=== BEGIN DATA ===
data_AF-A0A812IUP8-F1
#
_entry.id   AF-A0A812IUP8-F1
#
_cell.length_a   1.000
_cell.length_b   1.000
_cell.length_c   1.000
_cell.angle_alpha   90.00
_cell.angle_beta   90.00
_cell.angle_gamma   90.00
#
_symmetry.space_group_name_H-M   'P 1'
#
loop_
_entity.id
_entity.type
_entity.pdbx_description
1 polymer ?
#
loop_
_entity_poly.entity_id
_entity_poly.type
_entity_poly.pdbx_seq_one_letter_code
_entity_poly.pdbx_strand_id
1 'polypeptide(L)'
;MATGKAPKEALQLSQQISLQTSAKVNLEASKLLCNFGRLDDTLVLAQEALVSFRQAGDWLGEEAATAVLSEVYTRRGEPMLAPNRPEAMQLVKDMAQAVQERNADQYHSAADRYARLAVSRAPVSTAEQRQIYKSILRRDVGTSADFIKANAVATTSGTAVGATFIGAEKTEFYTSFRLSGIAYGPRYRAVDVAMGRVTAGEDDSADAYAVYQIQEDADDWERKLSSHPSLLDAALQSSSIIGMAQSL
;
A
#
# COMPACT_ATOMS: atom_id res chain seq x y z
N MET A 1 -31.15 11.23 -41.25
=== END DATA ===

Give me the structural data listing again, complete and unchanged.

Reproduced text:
data_AF-A0A812IUP8-F1
#
_entry.id   AF-A0A812IUP8-F1
#
_cell.length_a   1.000
_cell.length_b   1.000
_cell.length_c   1.000
_cell.angle_alpha   90.00
_cell.angle_beta   90.00
_cell.angle_gamma   90.00
#
_symmetry.space_group_name_H-M   'P 1'
#
loop_
_entity.id
_entity.type
_entity.pdbx_description
1 polymer ?
#
loop_
_entity_poly.entity_id
_entity_poly.type
_entity_poly.pdbx_seq_one_letter_code
_entity_poly.pdbx_strand_id
1 'polypeptide(L)'
;MATGKAPKEALQLSQQISLQTSAKVNLEASKLLCNFGRLDDTLVLAQEALVSFRQAGDWLGEEAATAVLSEVYTRRGEPMLAPNRPEAMQLVKDMAQAVQERNADQYHSAADRYARLAVSRAPVSTAEQRQIYKSILRRDVGTSADFIKANAVATTSGTAVGATFIGAEKTEFYTSFRLSGIAYGPRYRAVDVAMGRVTAGEDDSADAYAVYQIQEDADDWERKLSSHPSLLDAALQSSSIIGMAQSL
;
A
#
# COMPACT_ATOMS: atom_id res chain seq x y z
N MET A 1 -31.15 11.23 -41.25